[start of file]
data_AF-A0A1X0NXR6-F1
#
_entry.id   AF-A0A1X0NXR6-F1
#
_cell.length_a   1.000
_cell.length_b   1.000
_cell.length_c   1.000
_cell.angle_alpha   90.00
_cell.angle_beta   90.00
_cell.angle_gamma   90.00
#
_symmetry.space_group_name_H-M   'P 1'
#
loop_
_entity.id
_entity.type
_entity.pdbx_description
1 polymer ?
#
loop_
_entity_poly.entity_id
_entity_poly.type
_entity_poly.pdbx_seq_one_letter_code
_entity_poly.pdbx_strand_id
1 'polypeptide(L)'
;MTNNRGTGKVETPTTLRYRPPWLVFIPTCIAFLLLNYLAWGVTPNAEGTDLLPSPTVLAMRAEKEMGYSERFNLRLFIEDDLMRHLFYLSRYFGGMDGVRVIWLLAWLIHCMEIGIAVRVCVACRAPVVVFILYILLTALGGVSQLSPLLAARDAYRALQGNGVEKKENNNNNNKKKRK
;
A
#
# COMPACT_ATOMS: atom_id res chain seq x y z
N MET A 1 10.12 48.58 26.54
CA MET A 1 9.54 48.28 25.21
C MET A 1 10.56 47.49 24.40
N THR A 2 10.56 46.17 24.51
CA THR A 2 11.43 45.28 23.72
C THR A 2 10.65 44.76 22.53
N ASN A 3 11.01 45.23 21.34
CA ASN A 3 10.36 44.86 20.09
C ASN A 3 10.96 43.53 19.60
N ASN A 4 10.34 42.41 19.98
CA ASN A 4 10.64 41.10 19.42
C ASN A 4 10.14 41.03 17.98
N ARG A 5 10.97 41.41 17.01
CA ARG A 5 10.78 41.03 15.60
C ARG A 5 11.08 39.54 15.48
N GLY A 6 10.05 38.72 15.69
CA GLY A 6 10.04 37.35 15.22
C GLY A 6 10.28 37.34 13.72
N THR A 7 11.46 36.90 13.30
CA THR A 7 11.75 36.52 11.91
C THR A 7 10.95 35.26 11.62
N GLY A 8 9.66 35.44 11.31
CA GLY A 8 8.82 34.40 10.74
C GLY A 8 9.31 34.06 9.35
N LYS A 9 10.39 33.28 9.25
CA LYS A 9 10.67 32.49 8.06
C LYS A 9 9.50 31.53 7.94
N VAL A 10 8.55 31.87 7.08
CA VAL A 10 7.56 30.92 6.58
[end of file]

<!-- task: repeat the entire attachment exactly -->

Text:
data_AF-A0A1X0NXR6-F1
#
_entry.id   AF-A0A1X0NXR6-F1
#
_cell.length_a   1.000
_cell.length_b   1.000
_cell.length_c   1.000
_cell.angle_alpha   90.00
_cell.angle_beta   90.00
_cell.angle_gamma   90.00
#
_symmetry.space_group_name_H-M   'P 1'
#
loop_
_entity.id
_entity.type
_entity.pdbx_description
1 polymer ?
#
loop_
_entity_poly.entity_id
_entity_poly.type
_entity_poly.pdbx_seq_one_letter_code
_entity_poly.pdbx_strand_id
1 'polypeptide(L)'
;MTNNRGTGKVETPTTLRYRPPWLVFIPTCIAFLLLNYLAWGVTPNAEGTDLLPSPTVLAMRAEKEMGYSERFNLRLFIEDDLMRHLFYLSRYFGGMDGVRVIWLLAWLIHCMEIGIAVRVCVACRAPVVVFILYILLTALGGVSQLSPLLAARDAYRALQGNGVEKKENNNNNNKKKRK
;
A
#
# COMPACT_ATOMS: atom_id res chain seq x y z
N MET A 1 10.12 48.58 26.54
CA MET A 1 9.54 48.28 25.21
C MET A 1 10.56 47.49 24.40
N THR A 2 10.56 46.17 24.51
CA THR A 2 11.43 45.28 23.72
C THR A 2 10.65 44.76 22.53
N ASN A 3 11.01 45.23 21.34
CA ASN A 3 10.36 44.86 20.09
C ASN A 3 10.96 43.53 19.60
N ASN A 4 10.34 42.41 19.98
CA ASN A 4 10.64 41.10 19.42
C ASN A 4 10.14 41.03 17.98
N ARG A 5 10.97 41.41 17.01
CA ARG A 5 10.78 41.03 15.60
C ARG A 5 11.08 39.54 15.48
N GLY A 6 10.05 38.72 15.69
CA GLY A 6 10.04 37.35 15.22
C GLY A 6 10.28 37.34 13.72
N THR A 7 11.46 36.90 13.30
CA THR A 7 11.75 36.52 11.91
C THR A 7 10.95 35.26 11.62
N GLY A 8 9.66 35.44 11.31
CA GLY A 8 8.82 34.40 10.74
C GLY A 8 9.31 34.06 9.35
N LYS A 9 10.39 33.28 9.25
CA LYS A 9 10.67 32.49 8.06
C LYS A 9 9.50 31.53 7.94
N VAL A 10 8.55 31.87 7.08
CA VAL A 10 7.56 30.92 6.58